Thilina Balasooriya & Wesley Peng
Title: Fast and Furious, Accurate Blood Analysis" (FFABA) For XRF on Homogeneous Thin Solid Films (HTSF) from Blood Drops
Faculty Advisor: Dr. Nicole Herbots
Abstract: A recurring problem in comprehensive blood analysis and diagnostics is that measuring more than one component requires large volumes (2 -10 mL), often daily and sometimes on the hour in critical care. A coating combining hyper- and super-hydrophilic properties has been created to flatten and solidify blood droplets into uniform thin solid films in less than 5 minutes. Once a planar homogeneous thin solid film from a blood drop is achieved, each blood component can be analyzed using X-Ray Fluorescence (XRF) in less than 20 minutes provided an adequate substrate configuration is used via a desktop or hand-held compact XRF analyzer specifically designed for fast blood analysis. Using ÂµL sized blood drops yields an accuracy better than 10%. HemaDropâ„¢ can solidify blood droplets in less than 5 minutes in various temperatures and humidity conditions by creating Homogeneous Thin Solid Films (HTSFs) without any phase separation.
HTSFs can be analyzed in air or a vacuum because they are in the solid-state, and then analyzed using desktop X-ray Fluorescence (XRF), as well as Ion Beam Analysis (IBA). However, XRF analysis by Smart.Elementsâ„¢ simulations have been found to be inaccurate (100% error) for trace elements in blood like Fe and some blood electrolytes. Our new algorithm, Fast Hand Held Analysis of XRF - FHHAX1, is being deployed via a new mobile app called FFABA1 (Fast and Furious, Accurate Blood Analysis). The goal of the FHHAX algorithm is to perform rapid (<10 min), accurate (< 5% error ), and reliable (< 7% error ) blood analysis. Accuracy and reliability are achieved using four built-in proprietary calibration HTSFâ€™s (1) provided on every HemaDropâ„¢ collection slides. There are three collection wells(1) on each slide, allowing three measurements per test, using each 2-10 ÂµL, and determine blood electrolytes, iron and heavy metal elements, FFABA(1) is designed to provide fast interpretative results in medical laboratory format for medical practitioners in mobile app format. In the future, it will be expanded to web-based and PC-based formats.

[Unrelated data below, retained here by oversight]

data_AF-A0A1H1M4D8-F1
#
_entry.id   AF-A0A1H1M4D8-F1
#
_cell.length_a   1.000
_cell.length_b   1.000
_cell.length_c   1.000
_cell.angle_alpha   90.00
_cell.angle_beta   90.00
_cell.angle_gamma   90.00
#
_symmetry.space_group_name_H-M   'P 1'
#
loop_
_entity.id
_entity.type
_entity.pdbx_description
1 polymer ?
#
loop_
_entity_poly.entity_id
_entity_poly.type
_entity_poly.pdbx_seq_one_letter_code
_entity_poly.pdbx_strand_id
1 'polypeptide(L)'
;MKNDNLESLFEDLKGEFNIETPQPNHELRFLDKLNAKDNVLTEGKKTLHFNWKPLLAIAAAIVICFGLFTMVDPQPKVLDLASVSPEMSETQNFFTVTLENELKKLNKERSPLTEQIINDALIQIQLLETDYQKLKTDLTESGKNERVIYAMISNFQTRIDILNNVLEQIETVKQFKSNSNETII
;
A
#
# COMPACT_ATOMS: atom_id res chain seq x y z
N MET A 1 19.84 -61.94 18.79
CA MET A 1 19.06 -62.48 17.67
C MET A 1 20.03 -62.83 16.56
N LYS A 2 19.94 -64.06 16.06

1-Patents in Preparation with Arizona State University ABOR, and AZ Technology Entreprises/Skysong Communications (2020), Patent Agent: Patricia Stepp
1-Patents Pending Nicole Herbots, Yash Pershad, Harshini Thinakaran (2016), with Thilina Balasooriya, Nikhil Suresh, Wesley Peng, Patent Pending (2020), assigned to SiO2 Innovates LLC, MicroDrop Diagnostics"
Title: Van der Waals Interacting 2D Mo(Sx,Te1-x)2 Slab on Bulk Al2O3 Substrate
Faculty Advisor: Dr. Arunima Singh